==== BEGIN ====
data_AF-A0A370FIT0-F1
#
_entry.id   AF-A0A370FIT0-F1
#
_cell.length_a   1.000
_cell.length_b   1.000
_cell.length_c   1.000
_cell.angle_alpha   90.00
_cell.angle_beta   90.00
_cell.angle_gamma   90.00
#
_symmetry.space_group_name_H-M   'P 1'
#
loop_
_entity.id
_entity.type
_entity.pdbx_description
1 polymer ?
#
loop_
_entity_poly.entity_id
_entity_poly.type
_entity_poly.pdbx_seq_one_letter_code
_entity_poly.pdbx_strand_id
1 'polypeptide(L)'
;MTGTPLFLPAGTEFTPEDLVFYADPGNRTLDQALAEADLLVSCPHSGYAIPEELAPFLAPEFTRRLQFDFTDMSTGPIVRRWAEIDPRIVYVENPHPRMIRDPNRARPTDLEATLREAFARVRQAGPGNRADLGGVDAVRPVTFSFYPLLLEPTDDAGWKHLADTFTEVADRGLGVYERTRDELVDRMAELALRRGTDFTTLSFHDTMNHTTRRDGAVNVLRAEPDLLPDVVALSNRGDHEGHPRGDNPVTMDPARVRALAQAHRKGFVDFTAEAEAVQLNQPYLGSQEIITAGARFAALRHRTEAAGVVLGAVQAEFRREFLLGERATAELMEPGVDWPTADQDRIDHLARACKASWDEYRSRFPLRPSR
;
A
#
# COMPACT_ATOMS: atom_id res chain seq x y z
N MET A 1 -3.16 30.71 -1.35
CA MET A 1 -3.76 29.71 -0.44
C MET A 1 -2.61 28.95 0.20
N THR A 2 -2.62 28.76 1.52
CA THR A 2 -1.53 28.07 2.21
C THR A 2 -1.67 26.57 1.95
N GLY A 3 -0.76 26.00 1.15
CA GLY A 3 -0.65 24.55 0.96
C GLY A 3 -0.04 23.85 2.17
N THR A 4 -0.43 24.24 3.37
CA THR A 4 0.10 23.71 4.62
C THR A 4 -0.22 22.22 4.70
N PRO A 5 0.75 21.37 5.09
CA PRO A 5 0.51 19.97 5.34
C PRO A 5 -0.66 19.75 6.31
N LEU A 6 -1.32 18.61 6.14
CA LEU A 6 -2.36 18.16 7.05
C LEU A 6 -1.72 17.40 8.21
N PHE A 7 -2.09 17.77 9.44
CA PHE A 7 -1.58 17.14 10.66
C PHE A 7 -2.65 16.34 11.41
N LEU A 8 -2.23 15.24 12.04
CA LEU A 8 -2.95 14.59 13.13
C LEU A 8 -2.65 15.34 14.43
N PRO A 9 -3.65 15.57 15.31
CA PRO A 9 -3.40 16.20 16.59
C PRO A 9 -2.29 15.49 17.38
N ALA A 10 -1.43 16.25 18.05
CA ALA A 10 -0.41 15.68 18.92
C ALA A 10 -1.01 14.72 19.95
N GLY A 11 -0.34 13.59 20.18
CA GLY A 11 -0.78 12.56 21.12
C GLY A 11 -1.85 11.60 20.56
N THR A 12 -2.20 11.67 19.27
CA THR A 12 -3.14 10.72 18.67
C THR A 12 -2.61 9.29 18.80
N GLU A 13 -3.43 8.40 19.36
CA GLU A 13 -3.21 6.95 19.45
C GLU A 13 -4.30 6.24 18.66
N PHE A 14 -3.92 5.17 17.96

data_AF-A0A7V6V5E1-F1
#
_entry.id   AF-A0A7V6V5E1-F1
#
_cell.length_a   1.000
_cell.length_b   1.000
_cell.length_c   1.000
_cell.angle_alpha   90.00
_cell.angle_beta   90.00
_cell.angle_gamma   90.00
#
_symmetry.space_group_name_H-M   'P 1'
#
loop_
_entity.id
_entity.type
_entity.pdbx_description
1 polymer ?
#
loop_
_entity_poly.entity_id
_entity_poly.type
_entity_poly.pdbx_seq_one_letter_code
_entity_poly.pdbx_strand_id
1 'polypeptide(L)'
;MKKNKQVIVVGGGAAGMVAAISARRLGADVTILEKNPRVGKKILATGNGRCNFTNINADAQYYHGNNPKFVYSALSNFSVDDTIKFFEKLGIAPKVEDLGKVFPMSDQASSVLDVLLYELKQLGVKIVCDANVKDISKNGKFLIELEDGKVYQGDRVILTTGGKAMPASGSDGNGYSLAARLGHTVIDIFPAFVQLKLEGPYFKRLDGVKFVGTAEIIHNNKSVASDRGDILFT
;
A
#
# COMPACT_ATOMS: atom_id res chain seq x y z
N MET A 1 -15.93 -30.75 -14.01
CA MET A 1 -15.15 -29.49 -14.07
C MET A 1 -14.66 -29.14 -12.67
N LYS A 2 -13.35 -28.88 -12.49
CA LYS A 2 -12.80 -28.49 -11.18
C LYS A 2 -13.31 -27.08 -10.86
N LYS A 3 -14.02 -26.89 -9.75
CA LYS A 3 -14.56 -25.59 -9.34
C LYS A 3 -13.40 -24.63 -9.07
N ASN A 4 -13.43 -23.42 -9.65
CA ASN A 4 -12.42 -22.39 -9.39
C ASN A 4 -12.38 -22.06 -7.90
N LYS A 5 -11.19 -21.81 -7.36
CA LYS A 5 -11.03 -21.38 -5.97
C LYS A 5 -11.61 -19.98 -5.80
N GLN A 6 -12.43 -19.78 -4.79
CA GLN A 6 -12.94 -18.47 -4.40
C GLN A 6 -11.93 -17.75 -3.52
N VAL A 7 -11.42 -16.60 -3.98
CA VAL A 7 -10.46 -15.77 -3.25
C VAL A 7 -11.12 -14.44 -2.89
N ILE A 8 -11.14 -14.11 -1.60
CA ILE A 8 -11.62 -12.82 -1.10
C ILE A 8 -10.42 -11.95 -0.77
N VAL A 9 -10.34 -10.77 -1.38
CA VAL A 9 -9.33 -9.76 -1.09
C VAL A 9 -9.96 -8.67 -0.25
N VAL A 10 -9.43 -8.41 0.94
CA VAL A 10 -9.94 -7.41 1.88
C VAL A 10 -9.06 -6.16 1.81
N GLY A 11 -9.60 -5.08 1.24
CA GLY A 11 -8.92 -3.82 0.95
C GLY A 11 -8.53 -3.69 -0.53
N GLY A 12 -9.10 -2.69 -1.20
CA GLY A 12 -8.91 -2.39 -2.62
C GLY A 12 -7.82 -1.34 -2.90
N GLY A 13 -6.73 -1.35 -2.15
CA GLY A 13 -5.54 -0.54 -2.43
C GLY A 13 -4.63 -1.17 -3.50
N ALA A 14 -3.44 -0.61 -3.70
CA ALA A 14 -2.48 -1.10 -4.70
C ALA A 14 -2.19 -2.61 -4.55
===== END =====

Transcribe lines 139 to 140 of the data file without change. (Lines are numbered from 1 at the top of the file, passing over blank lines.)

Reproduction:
C GLY A 13 -4.63 -1.17 -3.50
N ALA A 14 -3.44 -0.61 -3.70